A paper book is not immortal. Some have lasted through the ages, and now historians and scholars visit them in climate-controlled vaults, handling them with reverence and cotton gloves. But in the twentieth century, books came into their own, as cheaply printed and widely distributed as possible. You could pick up a candy bar and a paperback in the servicestation while you gassed up your car. Pulp paperbacks were not made to last, and so it’s not surprising that they don’t.
What happens to your books when they fall apart? What about the books that were printed by the tens of thousands, only to languish on dusty thrift shop shelves when the fad passed? I have a few books in my collection that are in sad condition, no longer readable either because they will fall apart when I try, or because they are already missing so many pages the story is fractured into an unsolvable mystery.
When I worked in a library, disposing of books was a huge problem. It wasn’t just the books we weeded out of the collection because they hadn’t been checked out in a decade or more. It was the donations kind-hearted folks brought us, boxes and boxes. We sold what we could of those in the perennial Book Sale, and the yearly special sale that spilled out onto tables in the yard with pricing for how many books you could put in paper grocery stacks. But the books stacked up, the fire chief made grumpy noises about blocked access, and we had to do something. My boss refused to send them to the town dump, so in the end he found a wholesaler that paid for the books by the pound, and for a few days the library staff area was waist-deep in boxes of books heading off to some unknown fate. Possibly to be recycled into something like those paper grocery bags.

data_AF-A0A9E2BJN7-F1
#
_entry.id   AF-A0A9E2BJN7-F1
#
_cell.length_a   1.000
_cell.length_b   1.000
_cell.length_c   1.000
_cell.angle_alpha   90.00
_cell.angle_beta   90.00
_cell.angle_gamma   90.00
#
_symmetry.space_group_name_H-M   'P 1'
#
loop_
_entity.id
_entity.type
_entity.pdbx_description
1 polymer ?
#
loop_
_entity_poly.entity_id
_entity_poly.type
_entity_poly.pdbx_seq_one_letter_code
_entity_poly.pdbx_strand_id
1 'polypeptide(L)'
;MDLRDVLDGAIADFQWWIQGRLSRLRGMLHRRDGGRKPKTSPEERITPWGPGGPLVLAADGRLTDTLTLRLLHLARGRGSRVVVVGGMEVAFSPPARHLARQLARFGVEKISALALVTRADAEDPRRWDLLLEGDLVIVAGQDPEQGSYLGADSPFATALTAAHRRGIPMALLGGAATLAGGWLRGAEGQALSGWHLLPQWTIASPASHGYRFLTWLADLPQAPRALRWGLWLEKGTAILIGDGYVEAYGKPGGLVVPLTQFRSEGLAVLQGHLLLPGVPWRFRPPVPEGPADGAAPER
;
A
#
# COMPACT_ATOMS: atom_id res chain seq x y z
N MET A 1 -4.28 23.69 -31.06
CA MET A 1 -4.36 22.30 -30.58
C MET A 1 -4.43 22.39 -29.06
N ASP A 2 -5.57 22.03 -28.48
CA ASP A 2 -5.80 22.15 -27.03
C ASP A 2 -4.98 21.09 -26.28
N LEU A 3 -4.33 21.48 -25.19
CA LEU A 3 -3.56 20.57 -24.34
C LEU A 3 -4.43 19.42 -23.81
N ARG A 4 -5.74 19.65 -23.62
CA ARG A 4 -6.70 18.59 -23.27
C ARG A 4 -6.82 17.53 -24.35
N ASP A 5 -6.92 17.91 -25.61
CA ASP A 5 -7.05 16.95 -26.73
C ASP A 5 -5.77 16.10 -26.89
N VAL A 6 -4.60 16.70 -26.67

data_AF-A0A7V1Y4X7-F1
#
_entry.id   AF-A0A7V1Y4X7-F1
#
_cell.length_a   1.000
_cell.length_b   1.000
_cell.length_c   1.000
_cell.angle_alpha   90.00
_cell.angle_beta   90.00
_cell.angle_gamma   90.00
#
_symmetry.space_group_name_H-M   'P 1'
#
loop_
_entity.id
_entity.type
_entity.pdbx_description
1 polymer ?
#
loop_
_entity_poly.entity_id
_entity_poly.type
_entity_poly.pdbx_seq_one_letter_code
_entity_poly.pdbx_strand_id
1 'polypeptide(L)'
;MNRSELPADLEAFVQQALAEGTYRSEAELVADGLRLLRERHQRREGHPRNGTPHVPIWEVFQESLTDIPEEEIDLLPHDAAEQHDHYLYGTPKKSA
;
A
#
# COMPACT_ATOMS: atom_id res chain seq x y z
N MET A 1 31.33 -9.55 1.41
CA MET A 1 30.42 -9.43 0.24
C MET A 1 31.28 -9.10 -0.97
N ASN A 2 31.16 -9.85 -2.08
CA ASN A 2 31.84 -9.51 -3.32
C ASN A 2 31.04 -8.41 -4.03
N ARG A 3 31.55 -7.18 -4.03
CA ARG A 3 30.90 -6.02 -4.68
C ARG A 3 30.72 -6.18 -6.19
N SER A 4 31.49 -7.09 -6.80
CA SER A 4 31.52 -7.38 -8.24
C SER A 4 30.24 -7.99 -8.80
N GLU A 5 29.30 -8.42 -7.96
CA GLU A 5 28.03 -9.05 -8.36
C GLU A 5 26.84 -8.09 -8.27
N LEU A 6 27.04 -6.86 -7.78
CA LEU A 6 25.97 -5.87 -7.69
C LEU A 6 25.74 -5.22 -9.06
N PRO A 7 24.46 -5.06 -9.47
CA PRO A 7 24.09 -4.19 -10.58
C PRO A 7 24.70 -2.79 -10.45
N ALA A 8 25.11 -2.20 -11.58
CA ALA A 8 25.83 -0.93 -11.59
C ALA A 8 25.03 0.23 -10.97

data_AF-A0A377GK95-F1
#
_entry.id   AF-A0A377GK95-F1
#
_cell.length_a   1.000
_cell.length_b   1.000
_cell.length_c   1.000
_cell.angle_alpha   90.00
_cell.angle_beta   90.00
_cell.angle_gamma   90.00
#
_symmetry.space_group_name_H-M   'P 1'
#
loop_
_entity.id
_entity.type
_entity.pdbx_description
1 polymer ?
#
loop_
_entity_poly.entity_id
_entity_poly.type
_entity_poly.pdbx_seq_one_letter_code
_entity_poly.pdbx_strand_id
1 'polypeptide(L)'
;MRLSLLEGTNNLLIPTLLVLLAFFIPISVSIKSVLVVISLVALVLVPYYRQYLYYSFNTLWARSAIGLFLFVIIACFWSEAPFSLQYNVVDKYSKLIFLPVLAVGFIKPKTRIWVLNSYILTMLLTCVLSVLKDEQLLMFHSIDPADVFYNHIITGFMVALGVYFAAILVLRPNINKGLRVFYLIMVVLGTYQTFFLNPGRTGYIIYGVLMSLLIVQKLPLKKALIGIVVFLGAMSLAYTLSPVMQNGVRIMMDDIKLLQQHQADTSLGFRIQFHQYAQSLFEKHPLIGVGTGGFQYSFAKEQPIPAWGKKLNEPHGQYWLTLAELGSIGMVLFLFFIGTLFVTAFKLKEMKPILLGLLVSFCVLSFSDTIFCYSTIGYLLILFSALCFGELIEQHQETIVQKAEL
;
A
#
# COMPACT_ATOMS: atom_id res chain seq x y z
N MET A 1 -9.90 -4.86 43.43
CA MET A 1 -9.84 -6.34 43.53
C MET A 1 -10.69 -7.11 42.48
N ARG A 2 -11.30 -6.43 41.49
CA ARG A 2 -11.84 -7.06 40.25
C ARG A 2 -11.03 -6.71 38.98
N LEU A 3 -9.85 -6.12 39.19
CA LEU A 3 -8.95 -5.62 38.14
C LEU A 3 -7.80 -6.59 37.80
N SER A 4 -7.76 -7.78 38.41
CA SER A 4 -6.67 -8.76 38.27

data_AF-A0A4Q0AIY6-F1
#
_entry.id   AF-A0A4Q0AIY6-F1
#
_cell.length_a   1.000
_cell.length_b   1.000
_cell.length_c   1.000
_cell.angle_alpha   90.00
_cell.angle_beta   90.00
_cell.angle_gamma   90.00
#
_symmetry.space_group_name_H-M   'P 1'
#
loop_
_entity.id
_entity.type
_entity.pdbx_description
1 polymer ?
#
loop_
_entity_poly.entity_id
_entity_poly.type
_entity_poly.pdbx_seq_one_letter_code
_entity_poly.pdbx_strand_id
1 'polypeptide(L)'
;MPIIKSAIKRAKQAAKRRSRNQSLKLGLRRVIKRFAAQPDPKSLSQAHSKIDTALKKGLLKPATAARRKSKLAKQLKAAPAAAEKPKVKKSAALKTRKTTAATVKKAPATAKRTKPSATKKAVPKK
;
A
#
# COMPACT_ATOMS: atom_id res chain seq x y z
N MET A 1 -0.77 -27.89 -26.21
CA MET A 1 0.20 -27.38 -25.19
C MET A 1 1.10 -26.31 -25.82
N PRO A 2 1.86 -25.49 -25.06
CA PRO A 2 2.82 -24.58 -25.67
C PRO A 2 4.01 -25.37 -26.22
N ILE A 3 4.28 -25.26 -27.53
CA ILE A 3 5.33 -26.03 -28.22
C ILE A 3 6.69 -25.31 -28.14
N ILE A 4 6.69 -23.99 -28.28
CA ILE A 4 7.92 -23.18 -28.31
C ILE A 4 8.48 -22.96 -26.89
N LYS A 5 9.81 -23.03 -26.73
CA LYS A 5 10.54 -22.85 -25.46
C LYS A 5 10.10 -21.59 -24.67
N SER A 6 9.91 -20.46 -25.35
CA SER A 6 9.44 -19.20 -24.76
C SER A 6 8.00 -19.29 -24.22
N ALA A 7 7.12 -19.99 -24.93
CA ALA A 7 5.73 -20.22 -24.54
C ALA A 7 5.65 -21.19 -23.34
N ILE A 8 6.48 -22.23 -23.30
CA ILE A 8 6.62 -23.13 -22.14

For me, as I was looking at the pulp paperbacks I’d picked up and lamenting their passing, I saw a photo a fellow ‘mailler posted of scales with comic books pasted on them, and a lightbulb went off in my head. (the First Reader may have flinched a little). I could take the old book and make it into art. Giving it a life other than simply becoming biodegradable trash. A new life as honored jewelry or ornaments. Is this what book heaven looks like?
If you’d like a book dragon of your very own, to wear, or use as an ornament, or as a bookmark, or however your fancy takes you, I am taking orders until Dec 13 for Christmas (and possibly a rush after that, but we’d have to talk). I do sell them year round in the shop, along with a myriad of other dragons! The selection is always growing and changing, and I am totally open to custom work.
If you came to the blog looking for writing stuff, I gave a pep talk for writers on managing time, success, and plotting over at the Mad Genius Club today.